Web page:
Common Crossbill

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Common Crossbills are new breeding birds in Iceland.  New spruce and pine forests are growing fast in many places in Iceland and are now big enough to be a habitat for some new settlers like the Crossbills.
They are regular birds in my garden and I feed them on sunflower seeds. This pair was in a group of seven Crossbills coming to the feeding place this beautiful Sunday morning.

A visitor in the garden

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This beautiful female Brambling appeared in the garden yesterday and again today. Bramblings are annual guests in Iceland. They come from Scandinavia but do not breed here.

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Hopefully a male Brambling will visit us next week but then the forecast says colder weather and snow. – Makes life easier for our little friends to come and get the food we set out for them 🙂

The most common garden bird

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In former times Redpolls could only be found in birch forests in North Iceland. In the sixties they started to breed in South Iceland and are now among the most common breeding birds in woods and gardens.  Around 50-70 Redpolls visit the feeder in my garden every day.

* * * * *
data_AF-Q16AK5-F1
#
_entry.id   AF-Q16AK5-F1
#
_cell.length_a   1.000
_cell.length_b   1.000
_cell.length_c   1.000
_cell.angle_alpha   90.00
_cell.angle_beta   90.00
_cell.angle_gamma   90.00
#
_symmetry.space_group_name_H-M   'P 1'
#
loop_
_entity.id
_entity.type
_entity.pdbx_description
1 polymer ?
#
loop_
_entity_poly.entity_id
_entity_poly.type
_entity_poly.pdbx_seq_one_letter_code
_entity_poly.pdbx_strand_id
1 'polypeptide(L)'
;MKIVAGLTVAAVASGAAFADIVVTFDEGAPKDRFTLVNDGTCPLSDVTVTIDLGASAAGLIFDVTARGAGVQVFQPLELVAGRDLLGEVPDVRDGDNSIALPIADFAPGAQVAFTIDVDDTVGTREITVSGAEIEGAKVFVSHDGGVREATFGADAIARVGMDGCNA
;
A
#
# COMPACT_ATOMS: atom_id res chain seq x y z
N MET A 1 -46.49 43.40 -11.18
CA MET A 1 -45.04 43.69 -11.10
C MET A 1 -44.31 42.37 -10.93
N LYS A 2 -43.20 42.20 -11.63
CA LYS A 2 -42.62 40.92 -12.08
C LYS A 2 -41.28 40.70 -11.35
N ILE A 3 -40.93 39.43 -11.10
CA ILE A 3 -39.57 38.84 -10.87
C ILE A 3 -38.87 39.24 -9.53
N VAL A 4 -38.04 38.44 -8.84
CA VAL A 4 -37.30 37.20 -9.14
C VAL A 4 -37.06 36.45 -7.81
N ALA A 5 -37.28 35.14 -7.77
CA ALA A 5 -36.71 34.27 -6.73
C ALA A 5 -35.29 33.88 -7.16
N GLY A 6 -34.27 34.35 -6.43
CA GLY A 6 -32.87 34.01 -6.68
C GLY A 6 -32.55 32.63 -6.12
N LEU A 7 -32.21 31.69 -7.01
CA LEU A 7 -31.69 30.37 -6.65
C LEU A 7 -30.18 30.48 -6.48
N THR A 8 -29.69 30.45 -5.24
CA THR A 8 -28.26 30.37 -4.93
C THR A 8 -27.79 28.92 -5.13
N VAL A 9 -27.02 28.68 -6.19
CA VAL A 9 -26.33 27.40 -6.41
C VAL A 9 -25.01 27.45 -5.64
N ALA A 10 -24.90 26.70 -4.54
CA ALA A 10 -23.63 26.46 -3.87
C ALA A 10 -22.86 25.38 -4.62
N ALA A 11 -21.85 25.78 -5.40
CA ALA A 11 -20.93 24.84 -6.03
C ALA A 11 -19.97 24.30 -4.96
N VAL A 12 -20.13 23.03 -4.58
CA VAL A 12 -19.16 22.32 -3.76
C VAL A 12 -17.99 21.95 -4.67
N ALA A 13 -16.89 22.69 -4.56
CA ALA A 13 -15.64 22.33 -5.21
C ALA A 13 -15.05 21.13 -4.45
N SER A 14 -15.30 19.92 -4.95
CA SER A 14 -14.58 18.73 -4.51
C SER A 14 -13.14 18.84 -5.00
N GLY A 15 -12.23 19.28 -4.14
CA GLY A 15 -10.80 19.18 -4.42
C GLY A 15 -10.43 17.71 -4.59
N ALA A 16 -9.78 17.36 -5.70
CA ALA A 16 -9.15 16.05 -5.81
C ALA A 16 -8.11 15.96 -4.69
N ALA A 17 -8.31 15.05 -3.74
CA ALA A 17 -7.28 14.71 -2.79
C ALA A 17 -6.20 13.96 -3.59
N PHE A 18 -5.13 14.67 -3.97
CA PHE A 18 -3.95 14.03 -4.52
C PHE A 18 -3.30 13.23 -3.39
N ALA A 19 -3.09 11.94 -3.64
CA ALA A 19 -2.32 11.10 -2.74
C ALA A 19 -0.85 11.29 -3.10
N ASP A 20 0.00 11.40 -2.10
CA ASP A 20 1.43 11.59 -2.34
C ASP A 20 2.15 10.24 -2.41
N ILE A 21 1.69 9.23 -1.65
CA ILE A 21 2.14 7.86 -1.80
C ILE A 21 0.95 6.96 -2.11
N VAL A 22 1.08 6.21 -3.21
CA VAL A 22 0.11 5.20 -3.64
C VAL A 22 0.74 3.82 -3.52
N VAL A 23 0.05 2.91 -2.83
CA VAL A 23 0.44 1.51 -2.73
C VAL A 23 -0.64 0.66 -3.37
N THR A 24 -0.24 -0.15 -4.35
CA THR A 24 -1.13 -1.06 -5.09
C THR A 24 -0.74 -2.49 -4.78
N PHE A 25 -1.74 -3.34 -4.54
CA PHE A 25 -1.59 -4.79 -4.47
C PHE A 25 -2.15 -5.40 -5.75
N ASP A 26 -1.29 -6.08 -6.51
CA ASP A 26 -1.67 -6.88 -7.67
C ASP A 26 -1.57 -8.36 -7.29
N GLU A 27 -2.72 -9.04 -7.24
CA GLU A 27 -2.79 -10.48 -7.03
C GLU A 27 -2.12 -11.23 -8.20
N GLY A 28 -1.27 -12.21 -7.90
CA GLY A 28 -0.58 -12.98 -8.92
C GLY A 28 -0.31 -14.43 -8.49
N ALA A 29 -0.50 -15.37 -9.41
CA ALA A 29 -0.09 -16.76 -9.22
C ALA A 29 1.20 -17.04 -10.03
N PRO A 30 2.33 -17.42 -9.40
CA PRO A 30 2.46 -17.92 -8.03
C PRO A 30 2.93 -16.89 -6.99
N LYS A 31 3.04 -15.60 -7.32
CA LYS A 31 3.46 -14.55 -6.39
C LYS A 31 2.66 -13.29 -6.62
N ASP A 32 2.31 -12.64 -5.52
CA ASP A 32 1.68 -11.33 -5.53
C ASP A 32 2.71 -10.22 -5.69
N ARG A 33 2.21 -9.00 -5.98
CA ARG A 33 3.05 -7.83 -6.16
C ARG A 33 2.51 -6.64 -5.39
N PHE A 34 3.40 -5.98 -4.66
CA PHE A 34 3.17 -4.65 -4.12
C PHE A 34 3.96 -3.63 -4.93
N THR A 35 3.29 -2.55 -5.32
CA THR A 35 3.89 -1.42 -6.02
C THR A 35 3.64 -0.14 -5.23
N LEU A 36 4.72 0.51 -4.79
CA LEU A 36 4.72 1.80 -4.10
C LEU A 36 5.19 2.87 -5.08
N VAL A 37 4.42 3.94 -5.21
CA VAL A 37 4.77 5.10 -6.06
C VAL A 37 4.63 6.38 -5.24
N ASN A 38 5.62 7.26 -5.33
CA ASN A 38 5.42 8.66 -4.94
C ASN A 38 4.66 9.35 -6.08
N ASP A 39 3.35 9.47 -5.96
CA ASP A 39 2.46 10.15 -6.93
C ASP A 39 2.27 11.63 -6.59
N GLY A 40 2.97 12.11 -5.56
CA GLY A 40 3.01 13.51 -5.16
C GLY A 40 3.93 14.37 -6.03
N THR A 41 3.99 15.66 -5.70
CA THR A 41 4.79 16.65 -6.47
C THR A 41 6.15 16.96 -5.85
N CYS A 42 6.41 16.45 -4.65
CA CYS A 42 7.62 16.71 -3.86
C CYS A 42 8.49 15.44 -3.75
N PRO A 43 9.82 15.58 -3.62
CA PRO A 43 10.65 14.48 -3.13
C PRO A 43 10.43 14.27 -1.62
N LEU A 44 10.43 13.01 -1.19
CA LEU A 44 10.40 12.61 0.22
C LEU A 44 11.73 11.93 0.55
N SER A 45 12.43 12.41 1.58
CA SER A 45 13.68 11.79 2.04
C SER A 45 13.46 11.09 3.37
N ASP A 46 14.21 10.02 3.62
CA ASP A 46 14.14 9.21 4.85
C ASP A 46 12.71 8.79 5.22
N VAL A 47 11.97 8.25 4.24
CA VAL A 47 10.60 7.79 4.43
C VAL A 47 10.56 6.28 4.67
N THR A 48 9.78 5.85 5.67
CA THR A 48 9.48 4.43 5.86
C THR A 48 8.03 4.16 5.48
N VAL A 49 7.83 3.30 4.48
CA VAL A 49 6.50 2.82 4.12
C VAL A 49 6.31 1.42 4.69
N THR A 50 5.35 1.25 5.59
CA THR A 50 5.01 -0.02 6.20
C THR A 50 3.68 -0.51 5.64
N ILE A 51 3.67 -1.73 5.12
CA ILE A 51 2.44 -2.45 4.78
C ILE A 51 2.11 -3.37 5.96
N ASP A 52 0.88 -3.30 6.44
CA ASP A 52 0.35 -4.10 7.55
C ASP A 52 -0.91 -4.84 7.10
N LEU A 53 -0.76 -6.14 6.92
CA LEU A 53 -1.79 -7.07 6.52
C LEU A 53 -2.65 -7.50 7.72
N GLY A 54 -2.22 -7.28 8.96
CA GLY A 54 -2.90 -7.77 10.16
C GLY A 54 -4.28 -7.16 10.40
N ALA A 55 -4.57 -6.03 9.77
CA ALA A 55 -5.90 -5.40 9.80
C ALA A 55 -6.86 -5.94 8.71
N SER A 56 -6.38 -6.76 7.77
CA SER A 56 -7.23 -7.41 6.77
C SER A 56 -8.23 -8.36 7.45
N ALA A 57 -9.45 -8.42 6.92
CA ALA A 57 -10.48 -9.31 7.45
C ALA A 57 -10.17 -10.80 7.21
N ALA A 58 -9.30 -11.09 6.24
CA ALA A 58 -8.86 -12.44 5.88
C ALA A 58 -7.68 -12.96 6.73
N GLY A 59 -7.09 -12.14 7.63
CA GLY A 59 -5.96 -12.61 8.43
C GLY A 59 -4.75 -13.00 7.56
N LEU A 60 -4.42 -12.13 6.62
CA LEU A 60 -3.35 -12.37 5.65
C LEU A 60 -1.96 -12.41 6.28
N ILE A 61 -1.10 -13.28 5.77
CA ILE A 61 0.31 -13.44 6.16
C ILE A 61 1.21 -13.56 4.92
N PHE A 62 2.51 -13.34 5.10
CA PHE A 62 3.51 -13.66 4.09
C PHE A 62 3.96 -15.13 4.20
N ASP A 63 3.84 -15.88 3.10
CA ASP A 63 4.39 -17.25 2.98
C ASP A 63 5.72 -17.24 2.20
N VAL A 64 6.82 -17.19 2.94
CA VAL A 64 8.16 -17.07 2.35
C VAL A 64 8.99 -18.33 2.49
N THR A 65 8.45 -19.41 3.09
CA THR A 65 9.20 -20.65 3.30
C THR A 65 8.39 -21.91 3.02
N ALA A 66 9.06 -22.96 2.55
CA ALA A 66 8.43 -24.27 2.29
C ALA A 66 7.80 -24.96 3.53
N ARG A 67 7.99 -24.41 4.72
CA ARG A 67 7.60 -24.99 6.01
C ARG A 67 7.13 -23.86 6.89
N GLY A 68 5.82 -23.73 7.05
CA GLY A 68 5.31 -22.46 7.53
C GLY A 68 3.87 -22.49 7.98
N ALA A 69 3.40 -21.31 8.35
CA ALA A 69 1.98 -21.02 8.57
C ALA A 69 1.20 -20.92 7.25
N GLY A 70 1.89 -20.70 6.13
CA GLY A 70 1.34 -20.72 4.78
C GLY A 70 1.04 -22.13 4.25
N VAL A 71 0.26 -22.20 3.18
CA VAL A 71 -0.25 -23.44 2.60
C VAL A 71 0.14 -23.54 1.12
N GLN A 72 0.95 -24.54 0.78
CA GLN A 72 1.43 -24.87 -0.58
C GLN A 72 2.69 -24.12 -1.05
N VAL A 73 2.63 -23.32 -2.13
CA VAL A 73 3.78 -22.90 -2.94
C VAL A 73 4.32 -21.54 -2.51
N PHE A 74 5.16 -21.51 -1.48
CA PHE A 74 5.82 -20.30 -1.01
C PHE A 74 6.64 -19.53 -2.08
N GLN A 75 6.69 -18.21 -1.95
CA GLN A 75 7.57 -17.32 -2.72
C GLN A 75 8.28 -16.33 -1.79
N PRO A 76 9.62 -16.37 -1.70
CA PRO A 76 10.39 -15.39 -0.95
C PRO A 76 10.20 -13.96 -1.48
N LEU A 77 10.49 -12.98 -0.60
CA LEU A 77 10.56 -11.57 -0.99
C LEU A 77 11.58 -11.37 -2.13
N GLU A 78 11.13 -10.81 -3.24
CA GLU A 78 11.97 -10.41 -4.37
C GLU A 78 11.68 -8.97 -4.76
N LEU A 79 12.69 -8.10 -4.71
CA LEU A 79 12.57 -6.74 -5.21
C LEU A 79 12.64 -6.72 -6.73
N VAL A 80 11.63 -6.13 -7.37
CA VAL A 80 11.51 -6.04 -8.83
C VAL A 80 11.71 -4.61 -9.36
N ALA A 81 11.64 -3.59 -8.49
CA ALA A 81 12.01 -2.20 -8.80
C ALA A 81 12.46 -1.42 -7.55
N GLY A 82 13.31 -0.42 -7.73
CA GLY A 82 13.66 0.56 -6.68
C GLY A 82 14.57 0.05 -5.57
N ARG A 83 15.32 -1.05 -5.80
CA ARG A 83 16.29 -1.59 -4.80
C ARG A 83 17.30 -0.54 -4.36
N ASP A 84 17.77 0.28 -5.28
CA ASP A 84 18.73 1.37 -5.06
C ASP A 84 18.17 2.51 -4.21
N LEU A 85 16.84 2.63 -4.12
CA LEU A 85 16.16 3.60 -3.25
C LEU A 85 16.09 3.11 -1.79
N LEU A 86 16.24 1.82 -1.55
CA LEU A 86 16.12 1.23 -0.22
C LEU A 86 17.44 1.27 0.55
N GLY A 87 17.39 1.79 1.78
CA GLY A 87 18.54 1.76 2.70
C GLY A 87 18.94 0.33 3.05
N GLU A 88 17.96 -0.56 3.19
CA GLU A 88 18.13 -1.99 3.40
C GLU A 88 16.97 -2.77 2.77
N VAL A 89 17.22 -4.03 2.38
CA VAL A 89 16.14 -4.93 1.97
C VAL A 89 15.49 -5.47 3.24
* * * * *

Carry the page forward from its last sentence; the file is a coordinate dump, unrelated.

Redpolls are my favourites because they are very active, charming and have a great diversity in colour and appearance.

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Three Blackcaps now

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Another female Blackcap has now joined the pair from yesterday (see previous post). The three of them are feeding in the garden. Here is the male eating an apple that I placed on a twig. The girls are a bit shy and not at all fond of the camera.

– Stay tuned and see if I manage to get a good photo of them.

Sunrise and sunset in the volcanic mist

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Six weeks ago a volcanic eruption started in Bárðarbunga in Vatnajökull Glacier, more precisely in Holuhraun, just outside the glacier. Seismicity continues in the Bárðarbunga area, see:
http://en.vedur.is/earthquakes-and-volcanism/earthquakes/ 

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The eruption is in full action and the flow of lava has by now created a lavafield of over 55 square kilometers. It is estimated that the eruption produces 35,000 tons of SO2 daily both from the craters and the lava field. The gas pollution spreads over different parts of Iceland depending on the direction of the wind. The gas alters the clear skies and our sunrise isn’t as dazzling and blinding as usual.

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Photos from Selfoss South Iceland at sunset 12 October and sunrise 13 October.

Blackcap

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This male Blackcap visited my garden this morning. He was not shy when I came along with my camera. But it was difficult to get close to the female who accompanied him.  The Blackcap is a vagrant in Iceland but an annual guest in my garden and sometimes I have managed to keep a few of them alive through the whole winter.

– Stay tuned for updates on this couple.

Welcome to our new web :)

lon

Welcome to ORNOSK!
In a short while we will be opening an exiting blog dedicated to nature.
Our interest is among many things; birds, geology and nature.

We are looking forward to seeing you again soon.

Velkomin á ORNOSK!
Bráðlega munum við opna hér spennandi vef sem er tileinkaður náttúrunni.
Aðalviðfangsefnið er fuglar, jarðfræði og auðvitað náttúran.